Sergio and the sigil

Guided Tour: jQuery - Array wannabes

Posted by Sergio on 2009-12-22
This post is part of a series called the Guided Tours.

In this second installment we are still looking inside the jQuery code. Trust me, even if it's hard to digest, you can still learn enough if you focus on a little bit at a time.

The code we are interested in today is the following.

//from jQuery 1.3.2
get: function( num ) {
	return num === undefined ?

		// Return a 'clean' array this ) : 

		// Return just the object
		this[ num ];

That's the code for the command jQuery.fn.get(index), which returns the element at the given index or the entire array if the index is omitted.

The JavaScript idiom that is really interesting in this function is that strangely long function call this ).

That line is needed because we need to return an array and, even though they look like one, the jQuery objects aren't arrays. And they aren't alone in that.

If it walks like a duck...

The Array object is one that we can't avoid becoming familiar with in JavaScript. They are everywhere. Data is passed to functions as arrays. Data is returned in arrays. Or are they?

Aside from jQuery objects there are at least two other important occurrences of data structures that are used like arrays but really aren't: the arguments variable and the DOM NodeList collections.

The arguments variable is the list of parameters passed to the current function and the NodeList is what is returned from members of the the DOM API such as document.getElementsByTagName() or element.childNodes. Both of these types have a length property and expose their items with indices, like arguments[1] or elements[0].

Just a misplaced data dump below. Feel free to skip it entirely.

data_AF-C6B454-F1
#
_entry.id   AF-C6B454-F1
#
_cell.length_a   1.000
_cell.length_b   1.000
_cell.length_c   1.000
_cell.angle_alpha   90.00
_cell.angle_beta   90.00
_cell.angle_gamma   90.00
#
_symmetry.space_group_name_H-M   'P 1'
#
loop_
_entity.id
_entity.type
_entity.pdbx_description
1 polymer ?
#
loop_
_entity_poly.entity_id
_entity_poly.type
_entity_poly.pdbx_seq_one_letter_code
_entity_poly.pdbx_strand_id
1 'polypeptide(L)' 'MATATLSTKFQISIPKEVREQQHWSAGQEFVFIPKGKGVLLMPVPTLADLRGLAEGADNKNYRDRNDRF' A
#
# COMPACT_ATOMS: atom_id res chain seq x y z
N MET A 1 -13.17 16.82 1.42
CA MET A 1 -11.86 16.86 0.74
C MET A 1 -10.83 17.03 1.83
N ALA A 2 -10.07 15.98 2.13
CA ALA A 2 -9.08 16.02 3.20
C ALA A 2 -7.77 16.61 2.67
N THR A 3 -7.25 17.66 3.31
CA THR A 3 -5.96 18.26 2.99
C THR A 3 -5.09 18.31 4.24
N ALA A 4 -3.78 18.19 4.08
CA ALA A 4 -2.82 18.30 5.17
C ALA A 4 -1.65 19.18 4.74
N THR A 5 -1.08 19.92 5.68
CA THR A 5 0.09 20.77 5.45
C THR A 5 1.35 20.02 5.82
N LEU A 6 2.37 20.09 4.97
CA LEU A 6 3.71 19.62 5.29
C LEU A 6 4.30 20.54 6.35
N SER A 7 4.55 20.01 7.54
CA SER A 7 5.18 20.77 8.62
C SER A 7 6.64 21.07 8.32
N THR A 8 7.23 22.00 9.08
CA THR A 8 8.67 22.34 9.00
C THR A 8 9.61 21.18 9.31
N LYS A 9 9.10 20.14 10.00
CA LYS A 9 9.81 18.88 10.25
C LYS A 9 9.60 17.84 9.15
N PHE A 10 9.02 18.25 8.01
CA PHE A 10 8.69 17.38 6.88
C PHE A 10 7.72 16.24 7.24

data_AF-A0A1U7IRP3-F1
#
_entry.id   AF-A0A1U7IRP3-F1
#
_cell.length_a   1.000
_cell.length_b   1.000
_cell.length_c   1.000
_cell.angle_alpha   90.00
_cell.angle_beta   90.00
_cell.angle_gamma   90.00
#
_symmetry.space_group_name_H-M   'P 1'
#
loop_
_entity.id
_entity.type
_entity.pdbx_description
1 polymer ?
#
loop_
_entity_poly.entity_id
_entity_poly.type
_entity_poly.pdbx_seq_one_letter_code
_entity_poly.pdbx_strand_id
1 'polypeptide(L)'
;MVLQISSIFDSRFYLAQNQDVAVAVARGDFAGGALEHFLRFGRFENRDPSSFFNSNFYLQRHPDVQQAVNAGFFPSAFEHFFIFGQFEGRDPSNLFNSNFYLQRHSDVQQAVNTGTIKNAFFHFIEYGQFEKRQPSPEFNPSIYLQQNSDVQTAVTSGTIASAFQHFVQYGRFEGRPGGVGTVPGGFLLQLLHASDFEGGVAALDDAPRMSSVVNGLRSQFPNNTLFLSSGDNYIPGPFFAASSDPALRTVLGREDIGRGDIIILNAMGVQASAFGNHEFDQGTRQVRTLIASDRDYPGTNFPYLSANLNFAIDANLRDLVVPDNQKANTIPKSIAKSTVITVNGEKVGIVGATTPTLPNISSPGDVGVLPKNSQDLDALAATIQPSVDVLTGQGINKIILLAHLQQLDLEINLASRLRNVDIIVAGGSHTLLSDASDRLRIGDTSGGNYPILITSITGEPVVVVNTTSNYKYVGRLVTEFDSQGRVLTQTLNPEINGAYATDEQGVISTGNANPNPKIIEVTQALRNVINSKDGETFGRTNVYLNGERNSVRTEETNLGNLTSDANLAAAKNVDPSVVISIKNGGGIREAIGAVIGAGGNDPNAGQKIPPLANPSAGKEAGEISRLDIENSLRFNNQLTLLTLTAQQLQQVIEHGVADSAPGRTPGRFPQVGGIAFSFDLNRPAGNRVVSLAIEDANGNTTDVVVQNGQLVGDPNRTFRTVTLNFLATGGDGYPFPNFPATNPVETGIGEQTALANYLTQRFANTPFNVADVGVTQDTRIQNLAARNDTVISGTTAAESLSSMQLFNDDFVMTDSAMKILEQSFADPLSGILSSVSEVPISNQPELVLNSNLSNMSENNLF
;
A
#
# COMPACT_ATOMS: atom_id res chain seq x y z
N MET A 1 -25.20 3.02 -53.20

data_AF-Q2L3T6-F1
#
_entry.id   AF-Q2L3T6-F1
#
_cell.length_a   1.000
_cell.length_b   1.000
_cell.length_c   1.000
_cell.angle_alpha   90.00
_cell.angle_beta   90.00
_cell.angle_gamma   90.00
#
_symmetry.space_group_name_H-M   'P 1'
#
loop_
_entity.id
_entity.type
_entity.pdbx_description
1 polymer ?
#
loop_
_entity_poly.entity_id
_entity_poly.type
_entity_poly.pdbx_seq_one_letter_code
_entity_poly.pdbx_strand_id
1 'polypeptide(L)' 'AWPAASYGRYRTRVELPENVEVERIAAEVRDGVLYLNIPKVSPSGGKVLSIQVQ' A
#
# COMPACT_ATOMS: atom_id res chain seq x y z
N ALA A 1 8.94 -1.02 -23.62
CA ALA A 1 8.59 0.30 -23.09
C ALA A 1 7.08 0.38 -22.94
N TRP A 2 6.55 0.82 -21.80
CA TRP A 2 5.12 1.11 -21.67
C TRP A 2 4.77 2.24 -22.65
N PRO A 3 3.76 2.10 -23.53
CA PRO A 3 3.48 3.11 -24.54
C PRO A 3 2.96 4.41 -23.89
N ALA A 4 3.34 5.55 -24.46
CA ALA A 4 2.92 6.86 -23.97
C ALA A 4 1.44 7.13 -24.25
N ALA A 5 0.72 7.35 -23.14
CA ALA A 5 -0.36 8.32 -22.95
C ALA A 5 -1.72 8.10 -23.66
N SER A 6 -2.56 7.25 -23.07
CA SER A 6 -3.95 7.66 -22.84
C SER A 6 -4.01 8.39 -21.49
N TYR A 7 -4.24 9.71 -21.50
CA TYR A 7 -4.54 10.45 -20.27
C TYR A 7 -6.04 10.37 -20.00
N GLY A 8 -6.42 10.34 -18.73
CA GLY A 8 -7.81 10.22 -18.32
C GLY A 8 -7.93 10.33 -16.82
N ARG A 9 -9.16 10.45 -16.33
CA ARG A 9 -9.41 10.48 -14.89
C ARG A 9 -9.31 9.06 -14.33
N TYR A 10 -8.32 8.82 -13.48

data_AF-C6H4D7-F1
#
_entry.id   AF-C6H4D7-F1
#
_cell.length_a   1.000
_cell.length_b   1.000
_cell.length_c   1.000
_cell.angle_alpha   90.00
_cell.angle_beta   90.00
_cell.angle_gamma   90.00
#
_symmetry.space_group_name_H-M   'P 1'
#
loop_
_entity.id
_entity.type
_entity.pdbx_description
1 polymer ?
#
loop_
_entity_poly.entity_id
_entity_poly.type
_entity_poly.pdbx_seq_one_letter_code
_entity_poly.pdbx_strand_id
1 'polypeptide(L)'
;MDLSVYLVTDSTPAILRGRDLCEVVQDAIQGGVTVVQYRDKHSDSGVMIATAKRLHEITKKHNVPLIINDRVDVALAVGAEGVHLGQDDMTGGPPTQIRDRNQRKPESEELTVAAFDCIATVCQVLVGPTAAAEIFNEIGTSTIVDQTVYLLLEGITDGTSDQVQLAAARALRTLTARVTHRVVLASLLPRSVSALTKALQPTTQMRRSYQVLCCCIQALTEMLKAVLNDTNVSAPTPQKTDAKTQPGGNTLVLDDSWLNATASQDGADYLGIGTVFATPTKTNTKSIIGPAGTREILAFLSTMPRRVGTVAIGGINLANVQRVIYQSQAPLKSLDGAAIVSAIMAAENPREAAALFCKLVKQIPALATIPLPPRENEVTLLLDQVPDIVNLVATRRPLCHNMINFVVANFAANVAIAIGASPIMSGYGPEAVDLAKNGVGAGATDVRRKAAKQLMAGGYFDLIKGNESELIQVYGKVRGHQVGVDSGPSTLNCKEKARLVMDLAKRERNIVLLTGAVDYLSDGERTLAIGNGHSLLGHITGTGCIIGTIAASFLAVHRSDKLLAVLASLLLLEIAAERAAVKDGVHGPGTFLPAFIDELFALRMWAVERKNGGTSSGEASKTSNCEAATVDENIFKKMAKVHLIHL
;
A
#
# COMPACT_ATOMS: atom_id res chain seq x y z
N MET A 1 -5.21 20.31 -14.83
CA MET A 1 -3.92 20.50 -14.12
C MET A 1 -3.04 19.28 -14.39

But don't let this small coincidence fool you. As soon as you stop paying attention and try to use another array method, like push, shift, join you'll have your dreams shattered and a TypeErrorto handle.

Help me, jQuery

To solve the above problem and return a real array object instead of the jQuery object itself, the code used the technique we highlighted. this )

The idea is to use the array.slice() instance method to create a new array. The slice method returns a chunk of the array and it takes two optional parameters (the boundaries) that, when omitted, make the function return a copy of the array itself.

I've written about the prototype object

Guided Tour: jQuery - guard and default operators

Posted by Sergio on 2009-12-09
This post is part of a series called the Guided Tours.

I'm sure I'm not alone when I say that one of the best ways to improve our coding skills is by reading code written by someone else. Sometimes we don't realize how lucky we are to have so much source code at our fingertips, namely Open Source Software.

The guided tours

With this post I'll start another unbound series where I highlight some interesting piece of code that I studied. I'll share my notes and do my best to explain what I learned from it.

jQuery: Eating the elephant one bite at a time

I wouldn't dare to start things off with a complete overview of jQuery. It's a massive chunk of JavaScript and I'm afraid there isn't an easy entry point in the source code.

I chose to find parts of it that are relatively easy to explain separately from the rest and that contain something worth explaining. I'll do at least a few of those from jQuery but my plan is to not keep this series tied to jQuery or even JavaScript.

The code under the microscope

We're going to take a look at jQuery.fn.text(), which returns the textual content of all the elements in the jQuery wrapped set, combined in a single string.

Here's the code from jQuery version 1.3.2.

text: function( text ) {
  if ( typeof text !== "object" && text != null )
    return this.empty().append( 
	   (this[0] && this[0].ownerDocument || document).createTextNode( text ) 

  var ret = "";

  jQuery.each( text || this, function(){